With the help of her brother, Lorenzo Antonino, who was Professor of Geology at the National University of San Marcos, she got a job as a columnist for the newspaper El Comercio. She also found work at El Diario (1908), and years later, for La Prensa. She made her first presentation on feminist issues at the International Women’s Congress in 1910.[2] The following year, she lectured on feminism at the Geographical Society of Lima, explaining the basics of feminism as part of a current global social change which raised the need to provide equal civil and political rights to women."[1] It was at this conference that Alvarado Rivera [3]sparked public interest in the idea of women's suffrage, though with mixed responses. The Daughters of Palma, Angelica and Augusta, claimed "Finally the woman has appeared who will liberate us from the oppressive subordination in which we live," after hearing her lecture. Others thought her ideas were too radical, and would cause anarchy and deterioration of family values as women abandoned their traditional roles. [3]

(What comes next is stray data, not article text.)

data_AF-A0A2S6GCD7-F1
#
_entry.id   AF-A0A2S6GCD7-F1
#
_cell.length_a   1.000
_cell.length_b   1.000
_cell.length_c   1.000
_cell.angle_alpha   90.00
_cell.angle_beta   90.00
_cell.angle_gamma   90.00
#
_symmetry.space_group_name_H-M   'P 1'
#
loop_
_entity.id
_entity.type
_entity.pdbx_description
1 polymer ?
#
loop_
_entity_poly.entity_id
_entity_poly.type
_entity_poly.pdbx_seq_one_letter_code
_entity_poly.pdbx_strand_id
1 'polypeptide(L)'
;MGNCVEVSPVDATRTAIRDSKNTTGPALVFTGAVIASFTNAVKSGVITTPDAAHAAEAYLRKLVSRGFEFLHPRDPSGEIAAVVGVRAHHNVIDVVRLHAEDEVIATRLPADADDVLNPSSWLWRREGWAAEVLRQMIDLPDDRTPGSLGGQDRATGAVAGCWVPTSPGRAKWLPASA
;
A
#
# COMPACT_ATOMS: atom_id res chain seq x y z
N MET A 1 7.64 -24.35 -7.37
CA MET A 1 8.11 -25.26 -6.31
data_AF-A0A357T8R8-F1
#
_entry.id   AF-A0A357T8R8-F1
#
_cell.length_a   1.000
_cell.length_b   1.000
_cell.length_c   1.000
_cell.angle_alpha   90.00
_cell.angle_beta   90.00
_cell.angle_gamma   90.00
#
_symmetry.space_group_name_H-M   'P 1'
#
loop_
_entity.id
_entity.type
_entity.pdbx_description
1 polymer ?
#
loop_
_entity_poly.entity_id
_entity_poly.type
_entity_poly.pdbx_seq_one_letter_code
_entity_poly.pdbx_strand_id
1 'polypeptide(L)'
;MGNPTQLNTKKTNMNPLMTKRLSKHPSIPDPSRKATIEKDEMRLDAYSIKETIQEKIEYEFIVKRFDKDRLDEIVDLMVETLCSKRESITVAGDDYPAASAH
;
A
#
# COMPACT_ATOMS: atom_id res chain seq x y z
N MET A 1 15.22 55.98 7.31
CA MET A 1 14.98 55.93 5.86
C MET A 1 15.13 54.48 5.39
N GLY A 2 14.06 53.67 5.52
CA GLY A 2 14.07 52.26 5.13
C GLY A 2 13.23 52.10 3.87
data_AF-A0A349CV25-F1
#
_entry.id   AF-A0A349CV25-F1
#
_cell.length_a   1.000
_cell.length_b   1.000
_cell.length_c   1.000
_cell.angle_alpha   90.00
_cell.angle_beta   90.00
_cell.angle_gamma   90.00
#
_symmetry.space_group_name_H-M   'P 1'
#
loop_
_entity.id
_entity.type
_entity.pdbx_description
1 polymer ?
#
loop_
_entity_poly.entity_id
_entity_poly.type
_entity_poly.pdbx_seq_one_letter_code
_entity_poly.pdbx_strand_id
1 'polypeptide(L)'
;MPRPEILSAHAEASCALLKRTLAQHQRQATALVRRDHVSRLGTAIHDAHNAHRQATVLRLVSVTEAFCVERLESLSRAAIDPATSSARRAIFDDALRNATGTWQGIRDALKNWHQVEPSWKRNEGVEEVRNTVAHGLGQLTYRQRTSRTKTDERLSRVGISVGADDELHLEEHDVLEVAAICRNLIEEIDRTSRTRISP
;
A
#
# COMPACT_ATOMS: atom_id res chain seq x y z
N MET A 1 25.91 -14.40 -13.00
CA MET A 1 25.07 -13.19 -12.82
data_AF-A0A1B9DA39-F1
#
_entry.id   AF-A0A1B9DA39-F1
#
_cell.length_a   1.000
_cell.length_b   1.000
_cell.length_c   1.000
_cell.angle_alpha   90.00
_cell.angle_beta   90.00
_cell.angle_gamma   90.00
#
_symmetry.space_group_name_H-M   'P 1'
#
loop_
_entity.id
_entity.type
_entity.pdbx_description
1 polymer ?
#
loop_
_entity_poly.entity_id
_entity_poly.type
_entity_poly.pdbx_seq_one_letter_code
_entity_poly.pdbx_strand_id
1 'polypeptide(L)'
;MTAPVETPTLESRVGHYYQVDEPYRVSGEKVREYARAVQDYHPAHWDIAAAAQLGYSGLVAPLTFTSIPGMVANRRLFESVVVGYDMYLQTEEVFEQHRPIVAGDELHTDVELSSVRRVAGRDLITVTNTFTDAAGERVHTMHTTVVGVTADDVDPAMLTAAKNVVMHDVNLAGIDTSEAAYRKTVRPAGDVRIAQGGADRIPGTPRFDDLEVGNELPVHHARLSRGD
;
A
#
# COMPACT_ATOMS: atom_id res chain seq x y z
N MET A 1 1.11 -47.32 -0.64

Alvarado Rivera played a crucial role in establishing, in 1914, the Evolucion Femenina in Lima. She also mooted proposals to enact civil codes and to induct women in government jobs. Her sustained campaign for nine years in this direction resulted in the Chamber of Representatives allowing women to become members of the public welfare societies (1915), which eventually was enacted as law (1922).[1] Evolucion Femenina also drew criticism from the community. Only a small number of women agreed to put their names on membership roles, and La Cronica of Lima printed a photo in late 1924 of a talk given by Alvarado River in which many attendees had removed their hats to cover their faces from the photographer.[3]